British Airways is poised to suspend sales of long-haul flights to destinations like New York as the airline struggles with disruptions at Heathrow.
The airline has already suspended ticket sales for short-haul flights from the country’s largest airport for at least a week in response to a cap on daily passenger numbers.
However, a spokesman confirmed that BA cannot rule out a disruption to long-haul services from Heathrow as long as the cap remains in place.
This could drive up prices and mean that travelers looking to book last-minute trips to destinations further afield, such as New York, Singapore or Dubai, may not be able to find a seat.
And budget rival Ryanair hinted on Wednesday that it was well placed to capitalize on the turmoil.
Eddie Wilson, the chief executive officer of the airline’s main unit, claimed other airlines have been complacent about hiring enough staff for this summer.
“The time for hiring for this summer was last October,” he told Bloomberg. “It’s not like running a warehouse where you just get people, they have to be part of a training process.
“Our view was, which was confirmed, that when demand came back it would come back in one fell swoop and not come back on the drip.
“I think we were just better prepared and optimistic.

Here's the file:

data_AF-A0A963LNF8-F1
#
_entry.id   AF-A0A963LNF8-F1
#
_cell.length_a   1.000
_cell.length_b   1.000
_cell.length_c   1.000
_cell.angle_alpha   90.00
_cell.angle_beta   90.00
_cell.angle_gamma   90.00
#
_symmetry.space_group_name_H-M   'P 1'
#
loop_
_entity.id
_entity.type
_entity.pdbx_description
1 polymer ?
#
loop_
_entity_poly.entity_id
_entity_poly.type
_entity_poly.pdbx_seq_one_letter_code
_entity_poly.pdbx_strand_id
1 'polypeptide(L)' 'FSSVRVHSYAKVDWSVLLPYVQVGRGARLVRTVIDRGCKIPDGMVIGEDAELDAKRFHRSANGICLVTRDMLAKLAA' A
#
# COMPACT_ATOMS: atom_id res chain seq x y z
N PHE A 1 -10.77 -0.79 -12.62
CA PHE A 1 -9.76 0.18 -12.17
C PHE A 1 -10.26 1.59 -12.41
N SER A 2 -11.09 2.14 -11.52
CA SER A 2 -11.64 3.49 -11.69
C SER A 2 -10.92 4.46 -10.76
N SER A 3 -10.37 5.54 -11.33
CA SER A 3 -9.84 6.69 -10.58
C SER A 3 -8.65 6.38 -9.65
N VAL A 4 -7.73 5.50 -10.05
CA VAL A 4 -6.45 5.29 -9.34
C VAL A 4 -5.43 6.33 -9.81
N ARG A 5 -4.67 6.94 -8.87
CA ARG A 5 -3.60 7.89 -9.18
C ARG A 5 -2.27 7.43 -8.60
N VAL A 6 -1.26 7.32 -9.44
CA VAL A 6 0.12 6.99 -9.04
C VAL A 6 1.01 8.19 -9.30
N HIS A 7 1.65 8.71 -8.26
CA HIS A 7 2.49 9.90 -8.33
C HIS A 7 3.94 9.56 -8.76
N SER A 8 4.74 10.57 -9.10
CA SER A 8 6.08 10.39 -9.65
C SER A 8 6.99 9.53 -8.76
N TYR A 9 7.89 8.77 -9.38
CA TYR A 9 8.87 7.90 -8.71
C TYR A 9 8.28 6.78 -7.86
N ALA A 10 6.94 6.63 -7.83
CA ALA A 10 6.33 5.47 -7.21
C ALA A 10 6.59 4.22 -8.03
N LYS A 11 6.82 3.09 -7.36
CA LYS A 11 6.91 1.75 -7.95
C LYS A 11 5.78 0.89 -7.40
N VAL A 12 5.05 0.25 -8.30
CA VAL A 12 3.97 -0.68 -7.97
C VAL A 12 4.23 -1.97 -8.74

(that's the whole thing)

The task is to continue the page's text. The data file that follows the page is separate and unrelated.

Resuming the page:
“But I’ll soften that with that, it was difficult even when we came back because we have to go into airports that don’t have resources.”
Heathrow announced last month that it would allow a maximum of 100,000 people per day until September 11th.
It followed a similar move by Gatwick to limit the number of flights it can operate this summer after chaotic scenes at Britain’s busiest airports, with large numbers of passengers facing hour-long queues, missing or delayed luggage and last-minute cancellations was.
Alex Macheras, an independent aviation analyst, said it was “realistic” to expect BA to now have to limit sales of long-haul flights as well amid ongoing disruptions.
He said: “With the current restrictions, caps and pressures airlines are facing, there is no way they can guarantee that not a single long-haul flight will be affected.
“BA’s global route network is incredibly large, and while short-haul, multi-frequency flights always hit first, they also operate long-haul, multi-frequency flights. So there is room to cut the flight plan there too.
“The outstanding example would be the route to New York, but also other flights to North America and Southeast Asia.
“There are also routes, for example to Doha, where they can rebook passengers on flights with partner airlines like Qatar Airways.”
However, he said that in most cases, passengers are only being forced to book long-haul flights at a different time, rather than being forced to travel on a different day.
The BA spokesman said suspensions of ticket sales would be treated on a case-by-case basis, with no blanket restrictions being imposed.
For example, if ticket sales for a morning flight to New York have been suspended, travelers may still be able to book an afternoon flight.
BA’s move to stop selling all short-haul flights from Heathrow is unprecedented.
https://www.telegraph.co.uk/business/2022/08/03/british-airways-cant-rule-ban-long-haul-ticket-sales-heathrow/ British Airways poised to suspend sale of long-haul flights from Heathrow